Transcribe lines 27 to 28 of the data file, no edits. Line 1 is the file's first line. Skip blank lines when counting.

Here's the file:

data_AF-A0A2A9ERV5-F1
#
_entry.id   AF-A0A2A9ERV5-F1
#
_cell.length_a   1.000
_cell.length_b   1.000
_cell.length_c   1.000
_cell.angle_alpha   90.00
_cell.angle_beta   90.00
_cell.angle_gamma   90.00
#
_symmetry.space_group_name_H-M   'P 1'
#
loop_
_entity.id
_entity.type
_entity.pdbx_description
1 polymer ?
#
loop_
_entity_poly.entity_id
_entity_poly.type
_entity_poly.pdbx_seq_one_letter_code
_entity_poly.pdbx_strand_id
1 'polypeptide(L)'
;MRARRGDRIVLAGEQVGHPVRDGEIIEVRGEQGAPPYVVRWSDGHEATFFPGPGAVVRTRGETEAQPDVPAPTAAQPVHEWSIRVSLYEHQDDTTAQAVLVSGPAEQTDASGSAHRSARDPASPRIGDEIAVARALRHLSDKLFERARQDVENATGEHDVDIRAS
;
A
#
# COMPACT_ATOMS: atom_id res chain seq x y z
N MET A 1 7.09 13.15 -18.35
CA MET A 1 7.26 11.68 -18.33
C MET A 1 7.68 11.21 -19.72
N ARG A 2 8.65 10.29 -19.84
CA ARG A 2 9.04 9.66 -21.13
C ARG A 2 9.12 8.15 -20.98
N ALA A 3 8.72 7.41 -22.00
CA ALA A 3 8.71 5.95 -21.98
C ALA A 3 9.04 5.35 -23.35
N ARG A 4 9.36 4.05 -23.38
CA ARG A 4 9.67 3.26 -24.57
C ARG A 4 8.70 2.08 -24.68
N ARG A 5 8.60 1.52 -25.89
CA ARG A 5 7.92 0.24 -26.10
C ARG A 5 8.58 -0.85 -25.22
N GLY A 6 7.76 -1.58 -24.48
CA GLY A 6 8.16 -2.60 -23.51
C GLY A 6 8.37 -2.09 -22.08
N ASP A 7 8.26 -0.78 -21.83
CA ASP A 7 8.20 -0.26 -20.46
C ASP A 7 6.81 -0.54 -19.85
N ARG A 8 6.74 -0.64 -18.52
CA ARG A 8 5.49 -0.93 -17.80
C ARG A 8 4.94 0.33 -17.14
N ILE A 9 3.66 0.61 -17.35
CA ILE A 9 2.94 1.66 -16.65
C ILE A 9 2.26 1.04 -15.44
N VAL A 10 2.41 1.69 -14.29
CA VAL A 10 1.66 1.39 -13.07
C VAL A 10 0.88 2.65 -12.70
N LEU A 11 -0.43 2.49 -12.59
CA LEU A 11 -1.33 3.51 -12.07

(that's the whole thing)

;
A